- Last Updated on Wednesday, 03 September 2014 00:26
- Published on Wednesday, 03 September 2014 00:26
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Today, the facility sits silently behind fences and yellow tape.
It’s a far cry from the raucous scenes that played out for 102 years of Drifters’ pride that occurred at the former Colonial Beach High School.
Retired Drifters’ coaches and sports icons Steve Swope and Wayne Kennedy spend their professional lives at the school. Their dedication to the Drifters’ sports programs has resulted in numerous championships, as well as basketball battles that still are the center of conversation among high school historians to this day.
As a student, teacher and coach, Swope remembers the unique distinction of playing in the “Cracker Box.”
Those memories are even more evocative since the school was damaged by fire Jan. 5.
“Nobody wanted to play us in there,” he said. “We had our own distinct home-court advantage. It had a huge psychological effect on the opposition.”
The first thing visiting teams noticed was the close proximity of the fans and the court.
“We would have a row of chairs on the one side, with 30-35 fans with their feet on the floor,” Swope said. “On the other side of the gym there were two teams, with a little table, where the scorer and clock-keeper sat.”
An unusual setting
With the game officials attempting to find a safe place to call the game away from the chants of screaming fans, and the cheerleaders battling for a place to cheer on the home team, the atmosphere soon would reach a state of pandemonium.
Another unique aspect of the “Cracker Box” was the wooden backboards.
“With our wooden backboards, people who sat on the stage could see the shot, but could not tell if the shot was made, until the ball came through the net at the bottom of the wooden backboard,” Swope said.
As a coach it was the best of times for Kennedy. He instilled character and a strong sense of school pride during his tenure.
“When we played Riverdale Baptist, they had a 37-game winning streak, and they were the defending Christian National Champions,” Kennedy said. “We shocked the community as we beat them 82-68. Their coach told me after the game, ‘I believe you-all could have beaten the Celtics in there tonight. I’ve never seen anything like that.’ ”
The Drifters were known for having little depth and their backs up against the wall.
“One night, we had only two subs during a game against Bowling Green (today known as Caroline High School), but we beat them 119-68.”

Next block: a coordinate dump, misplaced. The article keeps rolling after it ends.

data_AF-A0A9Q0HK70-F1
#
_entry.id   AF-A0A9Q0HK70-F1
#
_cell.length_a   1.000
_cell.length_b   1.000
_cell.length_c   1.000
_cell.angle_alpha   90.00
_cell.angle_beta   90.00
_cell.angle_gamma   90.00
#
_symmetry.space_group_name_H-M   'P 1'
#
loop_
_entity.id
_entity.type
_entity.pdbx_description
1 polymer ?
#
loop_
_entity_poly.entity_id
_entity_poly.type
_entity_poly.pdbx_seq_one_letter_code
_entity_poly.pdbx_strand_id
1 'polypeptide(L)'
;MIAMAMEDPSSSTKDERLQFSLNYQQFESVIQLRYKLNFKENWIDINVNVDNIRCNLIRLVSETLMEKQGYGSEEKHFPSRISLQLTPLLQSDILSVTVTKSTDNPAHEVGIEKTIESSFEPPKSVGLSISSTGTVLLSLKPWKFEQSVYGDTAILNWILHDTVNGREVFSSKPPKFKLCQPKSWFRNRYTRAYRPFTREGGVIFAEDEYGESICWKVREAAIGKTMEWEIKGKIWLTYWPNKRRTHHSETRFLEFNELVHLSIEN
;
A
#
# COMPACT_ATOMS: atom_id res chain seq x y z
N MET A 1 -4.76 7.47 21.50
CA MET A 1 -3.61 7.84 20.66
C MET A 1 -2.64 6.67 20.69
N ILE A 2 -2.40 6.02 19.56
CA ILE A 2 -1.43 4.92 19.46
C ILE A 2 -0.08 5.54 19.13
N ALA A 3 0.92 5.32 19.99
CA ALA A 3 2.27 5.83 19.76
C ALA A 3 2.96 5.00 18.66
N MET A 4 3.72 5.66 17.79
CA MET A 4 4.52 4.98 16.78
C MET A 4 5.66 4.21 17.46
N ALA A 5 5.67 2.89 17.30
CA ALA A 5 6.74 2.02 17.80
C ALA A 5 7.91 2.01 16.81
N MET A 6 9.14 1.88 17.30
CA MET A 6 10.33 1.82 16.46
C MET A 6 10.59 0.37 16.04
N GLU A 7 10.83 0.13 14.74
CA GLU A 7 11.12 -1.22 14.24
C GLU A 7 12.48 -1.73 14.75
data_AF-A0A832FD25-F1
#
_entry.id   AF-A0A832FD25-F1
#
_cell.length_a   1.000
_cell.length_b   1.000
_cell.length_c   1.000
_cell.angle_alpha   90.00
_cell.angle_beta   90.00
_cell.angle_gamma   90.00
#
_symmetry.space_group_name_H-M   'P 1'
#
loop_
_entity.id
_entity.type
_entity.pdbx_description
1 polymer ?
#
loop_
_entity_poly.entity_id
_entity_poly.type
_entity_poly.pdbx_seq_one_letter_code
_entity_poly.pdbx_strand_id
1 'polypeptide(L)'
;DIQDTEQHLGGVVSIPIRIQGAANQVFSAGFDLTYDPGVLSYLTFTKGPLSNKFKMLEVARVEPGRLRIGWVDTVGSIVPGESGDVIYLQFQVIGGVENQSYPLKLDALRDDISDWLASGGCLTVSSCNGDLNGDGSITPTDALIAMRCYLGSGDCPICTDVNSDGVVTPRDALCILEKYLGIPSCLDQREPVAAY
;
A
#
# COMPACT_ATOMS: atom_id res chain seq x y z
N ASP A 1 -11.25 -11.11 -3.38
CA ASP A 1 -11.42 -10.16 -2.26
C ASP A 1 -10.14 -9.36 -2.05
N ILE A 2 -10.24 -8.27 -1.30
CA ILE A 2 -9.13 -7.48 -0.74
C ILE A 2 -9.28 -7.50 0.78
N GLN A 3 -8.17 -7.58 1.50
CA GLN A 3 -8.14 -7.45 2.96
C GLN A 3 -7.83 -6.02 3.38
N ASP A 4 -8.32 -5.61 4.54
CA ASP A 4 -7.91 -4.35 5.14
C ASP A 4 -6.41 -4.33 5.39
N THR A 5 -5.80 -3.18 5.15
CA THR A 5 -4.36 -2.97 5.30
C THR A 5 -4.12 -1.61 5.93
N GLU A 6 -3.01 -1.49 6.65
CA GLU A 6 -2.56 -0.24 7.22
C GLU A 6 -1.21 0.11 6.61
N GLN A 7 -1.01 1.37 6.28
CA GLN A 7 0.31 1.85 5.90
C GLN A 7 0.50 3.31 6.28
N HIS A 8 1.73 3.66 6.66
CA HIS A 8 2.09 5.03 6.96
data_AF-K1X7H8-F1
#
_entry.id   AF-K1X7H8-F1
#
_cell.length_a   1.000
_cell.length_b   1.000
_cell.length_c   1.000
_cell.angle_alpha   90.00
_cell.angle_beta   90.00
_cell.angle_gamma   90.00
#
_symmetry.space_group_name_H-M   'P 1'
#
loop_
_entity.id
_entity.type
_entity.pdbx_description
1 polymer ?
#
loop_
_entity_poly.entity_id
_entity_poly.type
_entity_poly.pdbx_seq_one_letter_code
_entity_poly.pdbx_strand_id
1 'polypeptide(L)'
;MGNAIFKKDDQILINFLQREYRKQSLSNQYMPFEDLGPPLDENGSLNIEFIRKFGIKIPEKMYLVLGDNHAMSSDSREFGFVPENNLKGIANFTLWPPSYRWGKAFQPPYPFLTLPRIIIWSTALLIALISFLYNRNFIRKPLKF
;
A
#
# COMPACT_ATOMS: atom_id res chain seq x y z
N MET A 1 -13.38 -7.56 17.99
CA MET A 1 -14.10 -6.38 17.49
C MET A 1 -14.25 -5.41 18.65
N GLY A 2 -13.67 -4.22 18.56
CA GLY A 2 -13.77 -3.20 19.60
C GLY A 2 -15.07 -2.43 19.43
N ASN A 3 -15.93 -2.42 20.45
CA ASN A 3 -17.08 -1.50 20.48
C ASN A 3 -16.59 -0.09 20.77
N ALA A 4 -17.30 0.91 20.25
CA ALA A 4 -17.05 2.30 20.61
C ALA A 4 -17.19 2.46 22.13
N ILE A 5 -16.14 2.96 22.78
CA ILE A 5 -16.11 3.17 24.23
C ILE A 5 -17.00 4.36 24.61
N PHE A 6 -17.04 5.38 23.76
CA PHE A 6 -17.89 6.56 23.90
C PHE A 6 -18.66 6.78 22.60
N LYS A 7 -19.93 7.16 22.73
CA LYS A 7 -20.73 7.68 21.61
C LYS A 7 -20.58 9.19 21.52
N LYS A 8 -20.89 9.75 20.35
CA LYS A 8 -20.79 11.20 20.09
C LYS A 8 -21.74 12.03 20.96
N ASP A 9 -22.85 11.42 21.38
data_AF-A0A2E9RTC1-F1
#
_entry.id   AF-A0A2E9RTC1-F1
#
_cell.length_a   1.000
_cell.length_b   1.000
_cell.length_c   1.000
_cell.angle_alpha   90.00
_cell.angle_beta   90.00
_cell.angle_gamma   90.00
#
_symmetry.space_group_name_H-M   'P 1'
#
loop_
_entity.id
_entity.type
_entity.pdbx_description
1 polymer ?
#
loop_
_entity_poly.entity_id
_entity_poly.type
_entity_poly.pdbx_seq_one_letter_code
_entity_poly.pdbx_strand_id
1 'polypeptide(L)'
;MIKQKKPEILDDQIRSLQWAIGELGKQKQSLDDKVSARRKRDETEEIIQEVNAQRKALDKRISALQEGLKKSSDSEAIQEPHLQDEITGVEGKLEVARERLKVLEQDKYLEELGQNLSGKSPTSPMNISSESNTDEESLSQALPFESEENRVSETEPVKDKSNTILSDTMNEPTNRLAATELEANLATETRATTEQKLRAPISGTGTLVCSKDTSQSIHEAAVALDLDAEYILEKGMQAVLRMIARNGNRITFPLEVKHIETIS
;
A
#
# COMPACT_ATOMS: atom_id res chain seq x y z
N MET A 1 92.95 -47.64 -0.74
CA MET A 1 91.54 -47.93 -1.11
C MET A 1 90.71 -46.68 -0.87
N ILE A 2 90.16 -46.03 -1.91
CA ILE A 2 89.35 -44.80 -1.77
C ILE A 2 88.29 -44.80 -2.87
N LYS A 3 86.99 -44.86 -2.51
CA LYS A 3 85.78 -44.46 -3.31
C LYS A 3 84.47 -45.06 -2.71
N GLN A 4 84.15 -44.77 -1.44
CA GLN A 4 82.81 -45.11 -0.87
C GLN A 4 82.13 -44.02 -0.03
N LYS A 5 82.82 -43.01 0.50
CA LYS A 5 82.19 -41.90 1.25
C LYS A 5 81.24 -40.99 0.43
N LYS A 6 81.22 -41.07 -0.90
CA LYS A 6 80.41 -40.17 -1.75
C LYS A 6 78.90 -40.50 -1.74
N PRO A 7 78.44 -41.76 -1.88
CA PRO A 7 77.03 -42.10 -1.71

Kennedy remembers telling a rival coach the gym was likened to having lightning in a bottle. Kennedy’s mantra was playing tight defense.
The team’s motto was “pick them up at the town limits, when you come in, and turn them loose at the 7-11, and they better not have a uniform on when you get through with them. Also, I want to know what flavor gum they are chewing,” he said.
When Kennedy arrived in 1968 as the boys’ basketball coach, the Drifters had not beaten Washington & Lee in six years. During Kennedy’s first season, the Eagles overwhelmed the home-standing Drifters with an overpowering offense.
“I told the principal after the game that we have to get more home games here,” Kennedy said.
During the following year, the Drifters split with the Eagles — losing the first game, but decisively winning the second game, 68-58.
“John Anderson, the Colonial Beach police chief, and my players took me in the bathroom after game, and threw me in the shower with my clothes on,” Kennedy said. “Afterward, they led a parade around The Point. Years later, Swope would continue the tradition of celebrating major victories with a trip to The Point.”
During Kennedy’s initial years as the boys’ basketball coach, he frequently told then principal Bernard Burchell of the need for a new gym.
“If we’re going to get a new gym, we have to use this one so people can tell how much we need one,” Kennedy said. “I told the principal not to get upset with me, but to build a program, you have to have a home base, no matter how small.”
In order for the Drifters to compete on a high level inside the small quarters of the “Cracker Box,” they needed a hard lesson in the rigors of physical fitness.
“I would cram the players in my car, and drive to Oak Grove,” Kennedy said. “I would drive down to Bowie’s Restaurant and let them out in sweats and hoodies. Afterwards, they would run from Bowies back to the Oak Grove gymnasium.”
Kennedy later explained to the principal that he wasn’t trying to kill the players, but get them in shape to play in the “Cracker Box.”
During Kennedy’s reign as the Drifters’ basketball coach, they defeated the 1970 King George High School basketball team that eventually won the state championship.
With more than 1,000 wins under his belt in the combined sports of baseball and basketball, Swope fondly remembers the positive impact the “Cracker Box” has made on kids who went on to become stars. From TT Carey to Torrey Smith, the gym had a knack for attracting some of the best athletes in the area.
“I often pinch myself when I realize how lucky I was to have made a positive impact on the quality set of people that I had privilege of teaching and coaching,” Swope said.
In 2009, Swope did the unthinkable by winning the VHSL Division 1, Group A State Championship. It was a huge victory for the fifth-smallest high school in the state, with just 230 students.
“I was talking to a lot of people who came through the ‘Cracker Box,’ ” Swope said. “It’s clear now that foundation for our state basketball championship was the Cracker Box.”
The fate of the “Cracker Box” and the rest of the old school’s facilities are unclear. For now, the dwelling’s only significance are its lasting memories.